1962 was a very big year for the young Sudbury Club they organised 5 Scrambles (only three were planned) and a Sporting Trial in December.  The first Scramble was on 1st April and attracted not only the local hero Dave Bickers also his greatest rival Jeff Smith from Birmingham.  The event attracted a crowd of 10,000 and was a great success.  The second meeting was in May and the third meeting in July was for the Sudbury Red Cross and a dummy for first aid purposes was donated by the Club.  The next two Scrambles had not been expected or arranged. The first event was arranged again for Anglia Television for another feature on About Anglia, the interviewer and commentator was Anthony Brown of ITN with local man Peter Wigg of the Ipswich Motor Cycle Club helping with the commentary. The next meeting was a total surprise it was a Scramble to be televised live on BBC Grandstand only the second event they had televised.  The commentator for the BBC was Murray Walker who was well known in the motor cycle world and took place on Saturday 3rd November 1962.  It rained during the event making conditions very muddy but the event was a success with the cream of the country’s top riders competing.  The Sporting Trial took place in December with a 40 mile course being laid out, however it snowed over night and it looked the Trial would be cancelled. Some club members went out to see what could be salvaged and the course was reduced to two laps of 15 miles through deep snow.  Through the rest of the 1960’s the Sudbury Club promoted Scrambles (including the annual solo and sidecars Eastern Centre Champion ships) and Sporting Trials.  In 1966 and 1969 the Sudbury Mammoth Olde Tyme Rallye came into being the main joint promoters were Sudbury Rotary Club, Sudbury Round Table and the Sudbury Motor Cycle Club. These events held first at Great Waldingfield and then Long Melford and consisted of Traction Engine, Veteran and vintage Motor Cars and Motor Cycles, Steam Galloping Horses, Light and Heavy Horses, Models.  The Sudbury Club were totally responsible for the Car Parking.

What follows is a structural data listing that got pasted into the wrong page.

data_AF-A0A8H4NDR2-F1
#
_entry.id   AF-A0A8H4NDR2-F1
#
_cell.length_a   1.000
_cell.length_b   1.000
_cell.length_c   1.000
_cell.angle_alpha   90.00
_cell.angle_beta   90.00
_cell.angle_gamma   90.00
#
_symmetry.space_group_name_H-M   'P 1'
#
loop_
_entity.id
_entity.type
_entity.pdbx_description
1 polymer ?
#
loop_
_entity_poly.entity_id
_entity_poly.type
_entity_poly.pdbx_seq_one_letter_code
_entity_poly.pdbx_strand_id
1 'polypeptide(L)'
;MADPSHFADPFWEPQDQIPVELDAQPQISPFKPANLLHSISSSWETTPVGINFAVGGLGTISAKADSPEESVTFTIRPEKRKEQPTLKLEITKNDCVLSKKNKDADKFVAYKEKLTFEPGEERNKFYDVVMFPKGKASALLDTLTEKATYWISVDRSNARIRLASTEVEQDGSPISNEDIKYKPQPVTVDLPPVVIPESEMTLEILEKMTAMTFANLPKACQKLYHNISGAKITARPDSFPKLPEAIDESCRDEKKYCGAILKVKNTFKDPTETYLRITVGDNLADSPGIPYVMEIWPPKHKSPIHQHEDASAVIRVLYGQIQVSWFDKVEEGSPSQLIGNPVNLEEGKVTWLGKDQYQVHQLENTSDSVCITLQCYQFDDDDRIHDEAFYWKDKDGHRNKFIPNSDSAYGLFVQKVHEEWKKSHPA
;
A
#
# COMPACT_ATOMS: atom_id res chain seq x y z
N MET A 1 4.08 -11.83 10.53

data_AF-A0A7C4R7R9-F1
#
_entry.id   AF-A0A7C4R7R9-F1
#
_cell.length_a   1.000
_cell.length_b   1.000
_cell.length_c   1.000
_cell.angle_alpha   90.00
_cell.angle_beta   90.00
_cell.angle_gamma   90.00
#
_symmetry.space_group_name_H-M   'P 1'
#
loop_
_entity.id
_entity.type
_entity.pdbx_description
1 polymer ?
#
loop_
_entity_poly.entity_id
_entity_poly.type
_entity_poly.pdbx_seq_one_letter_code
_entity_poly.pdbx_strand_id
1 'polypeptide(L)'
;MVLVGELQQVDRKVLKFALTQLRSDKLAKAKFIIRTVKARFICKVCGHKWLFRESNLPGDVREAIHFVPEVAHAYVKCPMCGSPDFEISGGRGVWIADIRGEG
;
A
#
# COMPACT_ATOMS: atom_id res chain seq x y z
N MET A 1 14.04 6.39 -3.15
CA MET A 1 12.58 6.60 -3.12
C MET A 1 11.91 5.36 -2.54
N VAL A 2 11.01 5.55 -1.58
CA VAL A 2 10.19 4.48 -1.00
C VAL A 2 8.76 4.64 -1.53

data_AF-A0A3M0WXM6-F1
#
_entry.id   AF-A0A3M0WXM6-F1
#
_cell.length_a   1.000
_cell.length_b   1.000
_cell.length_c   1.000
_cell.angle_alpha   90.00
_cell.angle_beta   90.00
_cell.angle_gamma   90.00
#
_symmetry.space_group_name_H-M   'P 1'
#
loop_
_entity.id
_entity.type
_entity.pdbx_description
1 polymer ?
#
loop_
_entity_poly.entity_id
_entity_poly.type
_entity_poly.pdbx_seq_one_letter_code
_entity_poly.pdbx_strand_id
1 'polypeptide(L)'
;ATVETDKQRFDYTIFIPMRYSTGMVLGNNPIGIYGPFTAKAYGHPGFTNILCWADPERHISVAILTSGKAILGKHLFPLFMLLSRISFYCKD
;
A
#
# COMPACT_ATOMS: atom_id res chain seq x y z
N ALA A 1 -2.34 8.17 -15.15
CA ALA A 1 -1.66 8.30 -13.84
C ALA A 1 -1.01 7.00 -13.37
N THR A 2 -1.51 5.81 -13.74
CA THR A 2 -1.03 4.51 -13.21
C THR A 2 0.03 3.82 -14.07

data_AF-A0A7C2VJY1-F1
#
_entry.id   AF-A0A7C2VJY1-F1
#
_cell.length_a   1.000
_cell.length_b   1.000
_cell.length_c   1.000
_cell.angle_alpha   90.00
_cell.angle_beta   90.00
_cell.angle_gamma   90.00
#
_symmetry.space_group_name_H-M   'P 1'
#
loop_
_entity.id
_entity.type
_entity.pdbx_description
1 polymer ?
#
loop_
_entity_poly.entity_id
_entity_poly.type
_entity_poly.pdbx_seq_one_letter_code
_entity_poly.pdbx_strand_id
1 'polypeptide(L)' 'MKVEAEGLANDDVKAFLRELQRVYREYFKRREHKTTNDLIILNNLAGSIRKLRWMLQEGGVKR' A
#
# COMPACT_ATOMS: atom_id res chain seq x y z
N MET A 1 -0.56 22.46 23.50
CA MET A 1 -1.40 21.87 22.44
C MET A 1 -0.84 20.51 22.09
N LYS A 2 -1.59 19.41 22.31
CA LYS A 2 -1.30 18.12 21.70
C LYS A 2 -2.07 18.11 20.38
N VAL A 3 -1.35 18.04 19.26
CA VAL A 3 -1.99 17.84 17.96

The 1970s saw the Sudbury Club promote Scrambles and Sporting Trials. The biggest event was the East Anglian National Trial in a consortium with Braintree MCC, Castle (Colchester) MCC and Halstead MCC. There were 12 groups of Sections over a 50 mile course and attracted the country’s top riders over the duration of the event including the legendary Sammy Miller, Mick Andrews, Malcolm Rathmell and the three Lampkin brothers.  Amongst the events held included the Solo and Sidecar Inter Centre Championships, a round of the British Championships both Solo and Sidecar.